12:30 06 November - 14:00 07 November 2014
Image courtesy of Petra Dimmers, UCL Consultants as part of the ISR 2014 Photo Competition
Stewardship for Planet Earth: Sustainable Resources & Governance – Evidence, Challenges and Solutions
Climate change, unprecedented urbanisation, increasingly transnational flows of people, capital and materials are profoundly challenging a sustainable management of resources. Stewardship is a way of responding to these challenges by invoking an ethics of responsible planning and management. Its application can be found in many areas of public life: in environmental policy, economics, health, theology, land use, planning & community. At the same time, it assumes a legitimacy to decide, intervene and control. Who decides, and how? How might sustainable resources be governed and at what level? And what role is there for ethics, culture, business, politics and institutions?
On 6 & 7 November 2014, UCL ISR & UCL Grand Challenge of Intercultural Interaction (GCII) will be hosting a two day conference that will seek to explore the concept of stewardship for planet earth from a multitude perspectives: multidisciplinarity of research; international value chains and international relations; ethics; experience on the ground and in history and exploring new concepts of governing stewardship. The programme will consist of a mix of plenary, parallel and networking sessions with speakers from across UCL and a range of external speakers from grassroots community organisations to high profile national and international speakers.
6 NOVEMBER 2014
- Understanding Stewardship
- Challenges to Stewardship and Resource Use
- Local approaches to stewardship: Cultures of ownership, conflicts, and cooperation
- Histories of Stewardship; Learning from the Past
7 NOVEMBER 2014
- The Ethics of Stewardship
- Emerging new forms of Governing Stewardship
- New Ideas for Stewardship of Planet Earth
- Moving Forward: An Agenda for the future
Full programme will be available here in due course.
Achim Steiner, UNEP Executive Director, Under-Secretary-General of the United Nations (opening address via video message)
Acting on the nomination of Secretary-General Kofi Annan, the UN General Assembly in 2006 unanimously elected Achim Steiner as the Executive Director of UNEP. He became the fifth Executive Director in UNEP's history. The Secretary-General also appointed Mr. Steiner as Director-General of the United Nations Office at Nairobi (UNON).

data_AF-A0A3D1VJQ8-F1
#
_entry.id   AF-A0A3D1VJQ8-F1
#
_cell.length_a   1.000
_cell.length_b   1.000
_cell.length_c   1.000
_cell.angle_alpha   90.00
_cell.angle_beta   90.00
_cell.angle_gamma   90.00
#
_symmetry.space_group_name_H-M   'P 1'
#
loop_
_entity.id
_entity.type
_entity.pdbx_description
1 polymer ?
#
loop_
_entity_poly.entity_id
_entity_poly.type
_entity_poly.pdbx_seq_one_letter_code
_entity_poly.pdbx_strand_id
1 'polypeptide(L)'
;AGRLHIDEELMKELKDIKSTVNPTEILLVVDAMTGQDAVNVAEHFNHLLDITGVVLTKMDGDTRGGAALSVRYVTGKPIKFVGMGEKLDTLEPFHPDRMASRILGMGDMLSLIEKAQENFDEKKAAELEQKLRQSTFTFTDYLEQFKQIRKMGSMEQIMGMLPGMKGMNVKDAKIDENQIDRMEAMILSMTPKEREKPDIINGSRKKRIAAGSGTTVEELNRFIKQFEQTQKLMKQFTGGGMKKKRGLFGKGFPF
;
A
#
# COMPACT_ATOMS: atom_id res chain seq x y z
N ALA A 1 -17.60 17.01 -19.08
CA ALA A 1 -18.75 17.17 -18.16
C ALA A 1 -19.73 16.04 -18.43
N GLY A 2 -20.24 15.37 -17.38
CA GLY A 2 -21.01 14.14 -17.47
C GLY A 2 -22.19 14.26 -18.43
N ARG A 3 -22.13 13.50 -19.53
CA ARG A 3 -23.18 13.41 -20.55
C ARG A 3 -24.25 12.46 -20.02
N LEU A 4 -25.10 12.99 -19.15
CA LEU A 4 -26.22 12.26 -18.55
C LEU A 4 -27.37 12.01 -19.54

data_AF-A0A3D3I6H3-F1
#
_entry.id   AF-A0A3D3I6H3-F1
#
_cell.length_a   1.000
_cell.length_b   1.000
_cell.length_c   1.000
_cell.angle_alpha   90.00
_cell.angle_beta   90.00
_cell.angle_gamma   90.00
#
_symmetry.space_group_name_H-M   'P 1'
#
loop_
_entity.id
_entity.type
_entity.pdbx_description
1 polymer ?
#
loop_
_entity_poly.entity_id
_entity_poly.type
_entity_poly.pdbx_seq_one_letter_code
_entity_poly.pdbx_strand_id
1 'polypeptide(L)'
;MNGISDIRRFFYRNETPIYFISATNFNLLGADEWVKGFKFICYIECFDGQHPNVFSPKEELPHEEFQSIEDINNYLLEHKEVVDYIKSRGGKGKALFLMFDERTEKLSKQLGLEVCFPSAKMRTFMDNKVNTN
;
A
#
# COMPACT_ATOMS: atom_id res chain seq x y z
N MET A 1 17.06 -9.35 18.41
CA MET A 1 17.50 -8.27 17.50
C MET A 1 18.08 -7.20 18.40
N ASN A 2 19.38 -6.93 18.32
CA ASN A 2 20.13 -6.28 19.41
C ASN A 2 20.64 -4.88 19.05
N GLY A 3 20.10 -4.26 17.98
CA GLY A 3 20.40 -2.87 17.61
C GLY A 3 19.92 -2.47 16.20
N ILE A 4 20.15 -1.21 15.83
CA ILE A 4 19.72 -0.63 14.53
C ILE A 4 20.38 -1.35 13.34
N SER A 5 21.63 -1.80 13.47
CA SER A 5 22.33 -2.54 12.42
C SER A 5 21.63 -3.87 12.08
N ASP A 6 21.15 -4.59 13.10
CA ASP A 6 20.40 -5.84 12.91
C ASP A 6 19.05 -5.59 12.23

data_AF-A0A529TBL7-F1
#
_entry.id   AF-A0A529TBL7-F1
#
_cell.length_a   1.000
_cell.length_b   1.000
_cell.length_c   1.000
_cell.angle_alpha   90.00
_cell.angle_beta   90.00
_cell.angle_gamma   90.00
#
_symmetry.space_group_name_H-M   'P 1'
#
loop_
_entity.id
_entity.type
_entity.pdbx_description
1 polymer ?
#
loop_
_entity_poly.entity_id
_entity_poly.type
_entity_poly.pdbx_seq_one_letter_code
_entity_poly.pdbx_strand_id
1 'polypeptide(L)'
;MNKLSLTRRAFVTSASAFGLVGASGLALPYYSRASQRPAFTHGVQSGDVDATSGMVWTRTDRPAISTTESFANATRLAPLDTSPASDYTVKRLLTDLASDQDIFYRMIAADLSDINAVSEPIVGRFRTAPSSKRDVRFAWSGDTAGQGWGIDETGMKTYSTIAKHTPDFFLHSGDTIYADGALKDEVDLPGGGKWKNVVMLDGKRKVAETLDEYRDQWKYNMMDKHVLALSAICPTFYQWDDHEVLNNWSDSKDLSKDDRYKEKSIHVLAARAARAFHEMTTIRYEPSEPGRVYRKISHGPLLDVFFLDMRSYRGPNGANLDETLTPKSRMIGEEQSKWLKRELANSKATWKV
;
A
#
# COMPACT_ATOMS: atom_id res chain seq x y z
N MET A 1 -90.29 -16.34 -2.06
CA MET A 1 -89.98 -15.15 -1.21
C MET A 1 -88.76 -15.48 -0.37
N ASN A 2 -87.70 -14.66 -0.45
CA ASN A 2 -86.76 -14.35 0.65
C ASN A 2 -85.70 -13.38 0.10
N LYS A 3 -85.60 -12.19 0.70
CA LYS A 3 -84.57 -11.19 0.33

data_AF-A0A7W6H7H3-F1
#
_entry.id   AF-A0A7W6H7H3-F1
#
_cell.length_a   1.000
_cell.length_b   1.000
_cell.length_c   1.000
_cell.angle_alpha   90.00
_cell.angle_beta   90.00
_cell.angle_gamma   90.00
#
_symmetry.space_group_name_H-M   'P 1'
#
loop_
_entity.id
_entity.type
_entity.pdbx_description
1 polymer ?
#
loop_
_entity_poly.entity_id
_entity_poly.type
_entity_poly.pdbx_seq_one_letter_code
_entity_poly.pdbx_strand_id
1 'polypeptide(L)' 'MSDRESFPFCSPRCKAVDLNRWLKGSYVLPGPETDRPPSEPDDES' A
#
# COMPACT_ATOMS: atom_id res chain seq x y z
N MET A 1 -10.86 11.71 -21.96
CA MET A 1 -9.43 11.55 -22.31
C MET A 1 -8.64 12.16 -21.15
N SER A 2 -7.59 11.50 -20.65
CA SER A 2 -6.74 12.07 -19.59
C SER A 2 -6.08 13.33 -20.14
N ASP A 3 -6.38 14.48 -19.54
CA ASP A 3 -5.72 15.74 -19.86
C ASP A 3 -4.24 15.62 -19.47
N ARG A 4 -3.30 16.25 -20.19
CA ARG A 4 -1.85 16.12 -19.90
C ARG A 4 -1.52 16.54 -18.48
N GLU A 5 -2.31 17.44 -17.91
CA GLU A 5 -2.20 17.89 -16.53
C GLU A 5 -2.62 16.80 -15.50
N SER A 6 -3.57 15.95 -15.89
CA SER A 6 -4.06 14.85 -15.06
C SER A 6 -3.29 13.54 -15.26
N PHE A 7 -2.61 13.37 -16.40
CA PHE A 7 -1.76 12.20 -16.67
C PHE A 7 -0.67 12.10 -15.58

Before joining UNEP, Mr. Steiner served as Director General of the International Union for Conservation of Nature (IUCN) from 2001 to 2006, and prior to that as Secretary General of the World Commission on Dams.
Frans Berkhout, Professor of Environment, Society and Climate in the Department of Geography at King’s College London, and Interim Director of the Future Earth
Frans Berkhout is Professor of Environment, Society and Climate in the Department of Geography at King’s College London, and Interim Director of the Future Earth programme, based at the International Council for Science (ICSU) in Paris. Between 2004 and 2012, Prof Berkhout was director of the Institute for Environmental Studies (IVM) at the VU University Amsterdam in The Netherlands, and from 2010 to 2013 director of the Amsterdam Global Change Institute. Professor Berkhout is a lead author in the IPCC’s Fifth Assessment Report (2014) and a member of the Research Evaluation Framework (REF) of the Higher Education Funding Council for England (HEFCE). He sits on the editorial boards of Research Policy, Global Environmental Change, Journal of Industrial Ecology, Current Opinion on Environmental Sustainability and The Anthropocene Review. His early research was concerned with the economic, political and security aspects of the nuclear fuel cycle and radioactive waste management. His more recent work has been concerned with science, technology, policy and sustainability, with a focus on climate change.
Prof Kevin Urama, Executive Director, African Technology Policy Studies (ATPS) Network
Kevin Urama is an environmental and ecological economist who develops trans-disciplinary and integrated tools for sustainable management of social, ecological and economic systems. He is Executive Director of the African Technology Policy Studies Network in Kenya. He is also inaugural President of the African Society for Ecological Economics and the African chapter of the International Society of Ecological Economics.
Prof Urama is a fellow at the Macaulay Land Use Research Institute, in the UK, which studies the social and environmental consequences of rural land uses. His writings have appeared in the Journal of Agricultural Economics and the International Journal of Sustainable Development. Kevin Urama earned a PhD in economics from Cambridge University; he was awarded the 2003 James Claydon Prize for the most outstanding doctoral thesis in economics or related subjects from the university.
More to follow!